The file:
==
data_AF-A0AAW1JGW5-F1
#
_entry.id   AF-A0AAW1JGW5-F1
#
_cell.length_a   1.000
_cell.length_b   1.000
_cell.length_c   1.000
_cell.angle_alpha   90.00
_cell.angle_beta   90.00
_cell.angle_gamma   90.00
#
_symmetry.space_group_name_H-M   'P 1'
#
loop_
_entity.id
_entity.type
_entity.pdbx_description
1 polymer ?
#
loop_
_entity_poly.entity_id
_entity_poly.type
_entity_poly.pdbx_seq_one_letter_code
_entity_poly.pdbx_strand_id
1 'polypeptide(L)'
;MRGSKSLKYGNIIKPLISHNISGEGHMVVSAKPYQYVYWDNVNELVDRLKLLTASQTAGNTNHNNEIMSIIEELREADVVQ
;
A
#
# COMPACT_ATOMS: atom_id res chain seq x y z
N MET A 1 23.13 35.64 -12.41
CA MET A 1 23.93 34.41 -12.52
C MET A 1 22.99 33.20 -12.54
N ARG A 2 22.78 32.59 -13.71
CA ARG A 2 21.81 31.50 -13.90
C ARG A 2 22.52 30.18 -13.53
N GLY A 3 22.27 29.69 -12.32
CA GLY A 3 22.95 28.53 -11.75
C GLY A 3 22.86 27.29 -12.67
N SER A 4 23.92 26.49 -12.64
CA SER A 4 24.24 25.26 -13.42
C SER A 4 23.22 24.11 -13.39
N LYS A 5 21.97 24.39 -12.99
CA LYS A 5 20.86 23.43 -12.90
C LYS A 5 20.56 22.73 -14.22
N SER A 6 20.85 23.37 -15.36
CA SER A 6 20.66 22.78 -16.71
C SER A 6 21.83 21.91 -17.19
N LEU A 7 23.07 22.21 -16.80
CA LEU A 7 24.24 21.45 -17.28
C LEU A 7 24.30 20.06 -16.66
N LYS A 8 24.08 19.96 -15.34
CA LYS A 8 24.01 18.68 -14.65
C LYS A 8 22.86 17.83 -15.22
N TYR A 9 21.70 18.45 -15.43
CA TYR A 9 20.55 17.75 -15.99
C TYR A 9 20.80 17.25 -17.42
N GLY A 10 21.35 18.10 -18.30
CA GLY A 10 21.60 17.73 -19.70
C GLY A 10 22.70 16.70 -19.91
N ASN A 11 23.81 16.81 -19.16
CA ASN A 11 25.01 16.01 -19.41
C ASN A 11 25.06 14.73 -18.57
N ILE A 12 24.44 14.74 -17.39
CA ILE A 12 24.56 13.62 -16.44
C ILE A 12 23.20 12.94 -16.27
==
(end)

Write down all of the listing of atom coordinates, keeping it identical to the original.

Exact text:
data_AF-A0AAW1JGW5-F1
#
_entry.id   AF-A0AAW1JGW5-F1
#
_cell.length_a   1.000
_cell.length_b   1.000
_cell.length_c   1.000
_cell.angle_alpha   90.00
_cell.angle_beta   90.00
_cell.angle_gamma   90.00
#
_symmetry.space_group_name_H-M   'P 1'
#
loop_
_entity.id
_entity.type
_entity.pdbx_description
1 polymer ?
#
loop_
_entity_poly.entity_id
_entity_poly.type
_entity_poly.pdbx_seq_one_letter_code
_entity_poly.pdbx_strand_id
1 'polypeptide(L)'
;MRGSKSLKYGNIIKPLISHNISGEGHMVVSAKPYQYVYWDNVNELVDRLKLLTASQTAGNTNHNNEIMSIIEELREADVVQ
;
A
#
# COMPACT_ATOMS: atom_id res chain seq x y z
N MET A 1 23.13 35.64 -12.41
CA MET A 1 23.93 34.41 -12.52
C MET A 1 22.99 33.20 -12.54
N ARG A 2 22.78 32.59 -13.71
CA ARG A 2 21.81 31.50 -13.90
C ARG A 2 22.52 30.18 -13.53
N GLY A 3 22.27 29.69 -12.32
CA GLY A 3 22.95 28.53 -11.75
C GLY A 3 22.86 27.29 -12.67
N SER A 4 23.92 26.49 -12.64
CA SER A 4 24.24 25.26 -13.42
C SER A 4 23.22 24.11 -13.39
N LYS A 5 21.97 24.39 -12.99
CA LYS A 5 20.86 23.43 -12.90
C LYS A 5 20.56 22.73 -14.22
N SER A 6 20.85 23.37 -15.36
CA SER A 6 20.66 22.78 -16.71
C SER A 6 21.83 21.91 -17.19
N LEU A 7 23.07 22.21 -16.80
CA LEU A 7 24.24 21.45 -17.28
C LEU A 7 24.30 20.06 -16.66
N LYS A 8 24.08 19.96 -15.34
CA LYS A 8 24.01 18.68 -14.65
C LYS A 8 22.86 17.83 -15.22
N TYR A 9 21.70 18.45 -15.43
CA TYR A 9 20.55 17.75 -15.99
C TYR A 9 20.80 17.25 -17.42
N GLY A 10 21.35 18.10 -18.30
CA GLY A 10 21.60 17.73 -19.70
C GLY A 10 22.70 16.70 -19.91
N ASN A 11 23.81 16.81 -19.16
CA ASN A 11 25.01 16.01 -19.41
C ASN A 11 25.06 14.73 -18.57
N ILE A 12 24.44 14.74 -17.39
CA ILE A 12 24.56 13.62 -16.44
C ILE A 12 23.20 12.94 -16.27